It is conceded that the evidence supports the finding that appellant was guilty of ordinary negligence proximately causing the accident. But, says appellant, under the provisions of section 253 of the Vehicle Code requiring a permittee to whom an instruction permit has been issued to be accompanied by and under the supervision of a licensed operator, all acts of negligence of the permittee in driving the car are imputable, as a matter of law, to the licensed driver riding with the permittee. If this were the proper interpretation of the section it would prevent recovery in the present action.

The section reads as follows: 'Any person over the age of fourteen years may apply to the department for an instruction permit. The department for good cause may issue to the applicant an instruction permit which shall entitle the applicant while having such permit in his immediate possession to drive a motor vehicle upon the

Page 503

highways for a period not exceeding six months when accompanied by, and under the immediate supervision of, a licensed operator or chauffeur, * * *.' (Italics added.)

But little aid as to the meaning of the section is to be found in its legislative history. The original section relating to permits was section 59 of the California Vehicle Act. [124 Cal.App.2d 206] Stats. of 1923, Chap. 266, at p. 531. A temporary permit of the general type of an instruction permit was first mentioned in the section as a result of a 1925 amendment to section 59. Stats. of 1925, Chapter 239, at p. 394. As then amended the section provided for the issuance of a temporary permit allowing the holder to drive a motor vehicle for a limited period 'when accompanied by a licensed operator'. In 1935 this section became codified as section 253 of the Vehicle Code, Stats. of 1935, Chapter 27, at p. 129, and, as first adopted in that year, contained the language last quoted. But later in the 1935 session, Stats. of 1935, Chapter 570, at p. 1665, the section was amended by changing the phrase 'when accompanied by a licensed operator' to 'when accompanied by, and under the immediate supervision of, a licensed operator'. Although the section has been amended several times since 1935, the language here involved was not changed and appears in the section as presently effective.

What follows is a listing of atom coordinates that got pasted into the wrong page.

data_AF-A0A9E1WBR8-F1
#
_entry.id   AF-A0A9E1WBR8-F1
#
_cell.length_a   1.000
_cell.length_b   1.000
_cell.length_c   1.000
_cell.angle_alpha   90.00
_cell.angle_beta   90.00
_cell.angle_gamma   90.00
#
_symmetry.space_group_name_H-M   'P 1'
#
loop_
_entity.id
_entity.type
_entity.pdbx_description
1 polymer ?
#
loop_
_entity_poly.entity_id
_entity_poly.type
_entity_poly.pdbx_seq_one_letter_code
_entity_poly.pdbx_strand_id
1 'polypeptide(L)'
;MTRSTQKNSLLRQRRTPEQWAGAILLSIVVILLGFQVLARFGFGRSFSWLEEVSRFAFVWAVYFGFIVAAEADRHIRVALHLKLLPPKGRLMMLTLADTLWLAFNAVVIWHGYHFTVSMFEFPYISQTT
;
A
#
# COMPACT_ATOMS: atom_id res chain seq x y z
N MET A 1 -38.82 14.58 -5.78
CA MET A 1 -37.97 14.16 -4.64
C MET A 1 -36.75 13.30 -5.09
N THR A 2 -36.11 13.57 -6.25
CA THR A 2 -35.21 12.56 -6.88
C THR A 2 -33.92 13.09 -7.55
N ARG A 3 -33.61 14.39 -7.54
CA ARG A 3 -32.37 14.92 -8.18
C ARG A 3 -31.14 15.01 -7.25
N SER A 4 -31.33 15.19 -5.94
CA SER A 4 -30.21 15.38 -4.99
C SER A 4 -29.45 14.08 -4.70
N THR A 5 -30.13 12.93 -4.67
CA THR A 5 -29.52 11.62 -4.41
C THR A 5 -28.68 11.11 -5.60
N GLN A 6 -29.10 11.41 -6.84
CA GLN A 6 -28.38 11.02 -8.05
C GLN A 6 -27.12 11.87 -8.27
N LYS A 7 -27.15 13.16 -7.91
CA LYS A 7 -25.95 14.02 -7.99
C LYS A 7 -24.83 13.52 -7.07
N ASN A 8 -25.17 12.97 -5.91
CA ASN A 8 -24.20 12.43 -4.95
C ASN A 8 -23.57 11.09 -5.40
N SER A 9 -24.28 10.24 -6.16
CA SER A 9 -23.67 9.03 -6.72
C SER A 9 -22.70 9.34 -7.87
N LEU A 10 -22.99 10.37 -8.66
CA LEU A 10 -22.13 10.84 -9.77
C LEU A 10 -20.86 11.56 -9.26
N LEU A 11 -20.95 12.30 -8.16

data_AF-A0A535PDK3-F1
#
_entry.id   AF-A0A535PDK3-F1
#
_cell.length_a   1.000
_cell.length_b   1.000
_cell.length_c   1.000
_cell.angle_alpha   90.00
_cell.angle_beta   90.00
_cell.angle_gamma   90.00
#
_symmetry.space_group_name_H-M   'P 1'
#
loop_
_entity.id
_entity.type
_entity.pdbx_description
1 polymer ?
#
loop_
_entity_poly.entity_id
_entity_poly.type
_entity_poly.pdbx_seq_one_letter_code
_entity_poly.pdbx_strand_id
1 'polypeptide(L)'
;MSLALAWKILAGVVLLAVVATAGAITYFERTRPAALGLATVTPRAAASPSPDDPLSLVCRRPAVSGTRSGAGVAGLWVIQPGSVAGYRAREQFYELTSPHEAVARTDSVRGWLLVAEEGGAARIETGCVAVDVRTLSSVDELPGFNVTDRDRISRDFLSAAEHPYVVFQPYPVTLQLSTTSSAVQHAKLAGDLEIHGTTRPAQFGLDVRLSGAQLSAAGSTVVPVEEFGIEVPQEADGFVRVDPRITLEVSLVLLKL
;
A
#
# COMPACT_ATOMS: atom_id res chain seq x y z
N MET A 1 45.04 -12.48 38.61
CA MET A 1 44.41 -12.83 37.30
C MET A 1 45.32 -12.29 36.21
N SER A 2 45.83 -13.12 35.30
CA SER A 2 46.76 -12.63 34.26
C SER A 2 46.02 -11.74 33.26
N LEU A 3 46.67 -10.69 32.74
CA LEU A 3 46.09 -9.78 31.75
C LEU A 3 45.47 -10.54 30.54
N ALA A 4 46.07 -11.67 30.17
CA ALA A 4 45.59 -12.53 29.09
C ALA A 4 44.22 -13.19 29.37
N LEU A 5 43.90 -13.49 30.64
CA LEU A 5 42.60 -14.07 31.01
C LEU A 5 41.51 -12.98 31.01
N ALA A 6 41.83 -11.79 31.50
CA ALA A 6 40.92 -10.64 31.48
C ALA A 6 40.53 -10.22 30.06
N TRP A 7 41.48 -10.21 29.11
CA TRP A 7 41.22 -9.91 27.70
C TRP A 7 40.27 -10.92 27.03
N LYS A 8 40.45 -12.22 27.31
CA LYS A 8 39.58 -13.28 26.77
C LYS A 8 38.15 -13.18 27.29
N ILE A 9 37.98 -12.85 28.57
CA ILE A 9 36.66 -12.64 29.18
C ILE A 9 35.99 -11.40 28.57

No California cases have been found interpreting the portion of the section here involved. Appellant urges that since the 'supervision' of the permittee has been placed in the licensee, each act of the permittee necessarily becomes the act of the licensee. Such interpretation would mean that the licensee is not only barred from any action against the permittee growing out of the operation of the car, including an action based on the willful misconduct of the permittee, but also that the licensee would become liable to third persons injured as a result of the negligence of the permittee, and perhaps would become criminally liable for penal violations of the permittee. The language used does not permit such an interpretation. It is worthy of note that when the Legislature intended to make a person jointly liable with the driver of a vehicle to third persons it had no difficulty in finding language to express that intent. Thus, section 402 of the Vehicle Code expressly makes the owner liable for the negligence of a person operating the car with his consent. Section 352 makes an adult signing a minor's application similarly liable. No...

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    • United States
    • United States State Supreme Court (California)
    • December 2, 1991
    ...[Citations.] Most of the cases indicate that the common interest must be of some business nature." (Roberts v. Craig (1954) 124 Cal.App.2d 202, 208, 268 P.2d 500. See also, King v. Ladyman (1978) 81 Cal.App.3d 837, 842-843, 146 Cal.Rptr. 782; DeSuza v. Andersack (1976) 63 Cal.App.3d 694, 13......